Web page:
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Peripheral Artery Disease: causes and consequences

Coronary Artery Disease: causes and consequences

Introduction to Venous Thromboembolism

This section introduces venous thromboembolic disorders, their incidence, prevalence, classification and risk factors

Formation of a blood clot – a thrombus – within a vein is known as venous thrombosis. Venous thrombosis can occur in any vein, but the most common manifestation is DVT, which occurs predominantly in the large veins in the leg.1,2 A DVT may form without a known reason, but the risk is higher (for example):

  • If a leg has been immobilized for a long period, such as after a surgical operation or even after long-distance air travel
  • If a patient has a medical condition such as cancer
  • During pregnancy
deep-vein-thrombosis-dvt-micrograph-HR

Deep vein thrombosis

If part or all of a DVT or other thrombus breaks away from the blood vessel wall and travels through the venous blood system, it is known as an embolus.2

  • An embolus that is carried in the direction of blood flow towards the lungs can block one of the arteries in the lung. This is known as a PE
  • Patients with DVT are at risk of PE, which can potentially be life-threatening
pulmonary-embolus-HR

Pulmonary embolism

Collectively, DVT and PE are known as VTE.

VTE is a major healthcare problem worldwide

  • In 2007, over 500,000 deaths in the EU were associated with an estimated 1.1 million venous thromboembolic events – approximately one-third of these events manifested as PE3
  • In the US, DVT and PE together affect an estimated 350,000–600,000 people each year, leading to an estimated 100,000–300,000 deaths4,5
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VTE is a major cause of death. European data for 20073
AIDS, acquired immunodeficiency syndrome

Although the annual incidence of VTE is estimated at approximately 1 in 1000 of the population,6,7 certain groups are at considerably higher risk. For example, routine screening of patients in clinical trials showed the DVT frequency without prophylaxis to be:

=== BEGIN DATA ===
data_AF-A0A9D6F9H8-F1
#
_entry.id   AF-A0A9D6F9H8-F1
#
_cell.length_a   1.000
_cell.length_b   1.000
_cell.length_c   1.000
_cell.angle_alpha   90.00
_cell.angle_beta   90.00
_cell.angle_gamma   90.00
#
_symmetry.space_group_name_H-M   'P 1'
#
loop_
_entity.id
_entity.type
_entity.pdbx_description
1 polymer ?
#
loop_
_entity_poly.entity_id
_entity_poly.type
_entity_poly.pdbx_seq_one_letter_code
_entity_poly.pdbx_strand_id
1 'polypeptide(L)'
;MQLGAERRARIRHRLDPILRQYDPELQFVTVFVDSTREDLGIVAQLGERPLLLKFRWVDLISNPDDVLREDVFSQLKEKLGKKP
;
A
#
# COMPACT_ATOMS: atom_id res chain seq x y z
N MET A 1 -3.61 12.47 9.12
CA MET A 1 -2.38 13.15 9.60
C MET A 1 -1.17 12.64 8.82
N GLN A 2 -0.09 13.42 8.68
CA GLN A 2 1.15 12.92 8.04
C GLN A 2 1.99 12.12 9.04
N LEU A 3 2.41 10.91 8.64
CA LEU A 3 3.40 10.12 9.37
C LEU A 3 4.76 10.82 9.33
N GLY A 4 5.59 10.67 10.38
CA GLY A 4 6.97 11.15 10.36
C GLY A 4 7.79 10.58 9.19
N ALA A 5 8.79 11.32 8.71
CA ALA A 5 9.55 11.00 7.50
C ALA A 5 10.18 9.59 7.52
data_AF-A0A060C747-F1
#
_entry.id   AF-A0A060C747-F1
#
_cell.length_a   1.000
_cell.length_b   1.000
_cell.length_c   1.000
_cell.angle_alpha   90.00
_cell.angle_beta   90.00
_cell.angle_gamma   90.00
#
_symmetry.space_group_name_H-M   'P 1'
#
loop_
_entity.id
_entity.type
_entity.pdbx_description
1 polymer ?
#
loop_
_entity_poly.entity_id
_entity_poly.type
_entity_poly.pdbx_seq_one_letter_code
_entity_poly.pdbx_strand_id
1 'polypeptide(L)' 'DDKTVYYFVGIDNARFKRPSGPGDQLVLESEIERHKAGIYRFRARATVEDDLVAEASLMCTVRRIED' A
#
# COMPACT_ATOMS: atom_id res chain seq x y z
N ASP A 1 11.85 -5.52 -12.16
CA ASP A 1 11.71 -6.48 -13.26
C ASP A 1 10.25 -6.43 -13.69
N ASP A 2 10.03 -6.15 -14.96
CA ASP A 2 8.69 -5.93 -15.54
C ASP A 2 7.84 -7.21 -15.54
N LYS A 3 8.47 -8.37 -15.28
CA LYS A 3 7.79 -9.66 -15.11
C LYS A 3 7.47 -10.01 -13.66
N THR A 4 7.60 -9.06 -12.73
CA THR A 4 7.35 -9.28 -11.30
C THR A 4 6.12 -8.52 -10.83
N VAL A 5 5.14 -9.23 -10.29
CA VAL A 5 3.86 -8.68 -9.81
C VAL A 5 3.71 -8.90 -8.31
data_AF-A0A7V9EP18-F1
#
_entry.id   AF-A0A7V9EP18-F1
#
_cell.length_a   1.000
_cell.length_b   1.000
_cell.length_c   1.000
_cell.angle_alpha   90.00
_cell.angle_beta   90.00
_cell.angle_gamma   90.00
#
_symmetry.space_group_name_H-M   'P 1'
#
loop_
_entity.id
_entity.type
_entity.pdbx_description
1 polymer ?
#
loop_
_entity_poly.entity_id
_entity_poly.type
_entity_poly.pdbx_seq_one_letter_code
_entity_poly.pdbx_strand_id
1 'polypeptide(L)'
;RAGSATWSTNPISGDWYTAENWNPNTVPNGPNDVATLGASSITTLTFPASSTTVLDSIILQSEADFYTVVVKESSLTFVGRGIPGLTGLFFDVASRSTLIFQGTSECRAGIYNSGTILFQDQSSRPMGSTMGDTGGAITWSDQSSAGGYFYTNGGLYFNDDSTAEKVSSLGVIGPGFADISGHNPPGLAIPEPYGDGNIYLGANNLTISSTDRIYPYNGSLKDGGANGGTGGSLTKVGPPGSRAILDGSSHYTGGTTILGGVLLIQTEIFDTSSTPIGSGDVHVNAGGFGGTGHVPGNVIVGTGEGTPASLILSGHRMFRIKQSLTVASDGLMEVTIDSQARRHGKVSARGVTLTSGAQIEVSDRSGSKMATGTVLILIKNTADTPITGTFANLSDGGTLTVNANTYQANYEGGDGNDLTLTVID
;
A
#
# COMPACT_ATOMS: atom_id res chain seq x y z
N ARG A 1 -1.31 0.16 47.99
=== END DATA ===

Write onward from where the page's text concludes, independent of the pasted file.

• 15–40% in medical or general surgical patients and 40–60% in those who had major orthopaedic surgery8
  • Up to 41% of patients worldwide, those hospitalized for an acute medical illness are at risk of developing VTE9

Approximately half of diagnosed venous thromboembolic events are classed as provoked (caused by a known risk factor or factors), the other half are unprovoked (idiopathic), meaning that the cause is not known7,8,10

  • Known risk factors for VTE are either reversible (temporary) or not (intrinsic)
  • A patient may initially be diagnosed with unprovoked VTE, but this may be because the provoking risk factor, often cancer, has not yet been identified
  • Multiple risk factors generally have a cumulative impact on the risk of VTE
VTE-deaths

Classification of VTE7,8,10

Among the reversible risk factors, surgery – especially major orthopaedic surgery involving the lower limbs and major surgery for cancer – acute medical illness, often involving immobilization, and pregnancy are major risk factors for VTE. Learn more about these topics by following the links below.

 

Next section: Prevention of VTE

References

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